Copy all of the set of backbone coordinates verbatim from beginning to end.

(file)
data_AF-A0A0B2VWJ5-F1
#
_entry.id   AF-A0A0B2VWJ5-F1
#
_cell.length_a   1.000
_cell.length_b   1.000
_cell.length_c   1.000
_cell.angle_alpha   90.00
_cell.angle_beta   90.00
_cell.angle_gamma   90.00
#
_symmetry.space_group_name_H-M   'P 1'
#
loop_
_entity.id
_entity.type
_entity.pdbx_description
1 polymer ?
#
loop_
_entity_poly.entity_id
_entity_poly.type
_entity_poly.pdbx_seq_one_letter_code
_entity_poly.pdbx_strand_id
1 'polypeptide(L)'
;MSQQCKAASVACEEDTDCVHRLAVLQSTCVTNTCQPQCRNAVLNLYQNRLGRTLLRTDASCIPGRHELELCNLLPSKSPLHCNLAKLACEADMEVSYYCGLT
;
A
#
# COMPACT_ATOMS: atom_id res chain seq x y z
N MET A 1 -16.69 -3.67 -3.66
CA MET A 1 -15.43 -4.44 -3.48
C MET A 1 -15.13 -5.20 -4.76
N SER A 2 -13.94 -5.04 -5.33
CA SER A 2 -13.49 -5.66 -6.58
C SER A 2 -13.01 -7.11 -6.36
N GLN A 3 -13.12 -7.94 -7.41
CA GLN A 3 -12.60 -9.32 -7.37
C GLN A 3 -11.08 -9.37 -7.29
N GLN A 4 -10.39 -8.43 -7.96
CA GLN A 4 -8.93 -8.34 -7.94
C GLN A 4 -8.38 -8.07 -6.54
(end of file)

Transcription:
data_AF-A0A0B2VWJ5-F1
#
_entry.id   AF-A0A0B2VWJ5-F1
#
_cell.length_a   1.000
_cell.length_b   1.000
_cell.length_c   1.000
_cell.angle_alpha   90.00
_cell.angle_beta   90.00
_cell.angle_gamma   90.00
#
_symmetry.space_group_name_H-M   'P 1'
#
loop_
_entity.id
_entity.type
_entity.pdbx_description
1 polymer ?
#
loop_
_entity_poly.entity_id
_entity_poly.type
_entity_poly.pdbx_seq_one_letter_code
_entity_poly.pdbx_strand_id
1 'polypeptide(L)'
;MSQQCKAASVACEEDTDCVHRLAVLQSTCVTNTCQPQCRNAVLNLYQNRLGRTLLRTDASCIPGRHELELCNLLPSKSPLHCNLAKLACEADMEVSYYCGLT
;
A
#
# COMPACT_ATOMS: atom_id res chain seq x y z
N MET A 1 -16.69 -3.67 -3.66
CA MET A 1 -15.43 -4.44 -3.48
C MET A 1 -15.13 -5.20 -4.76
N SER A 2 -13.94 -5.04 -5.33
CA SER A 2 -13.49 -5.66 -6.58
C SER A 2 -13.01 -7.11 -6.36
N GLN A 3 -13.12 -7.94 -7.41
CA GLN A 3 -12.60 -9.32 -7.37
C GLN A 3 -11.08 -9.37 -7.29
N GLN A 4 -10.39 -8.43 -7.96
CA GLN A 4 -8.93 -8.34 -7.94
C GLN A 4 -8.38 -8.07 -6.54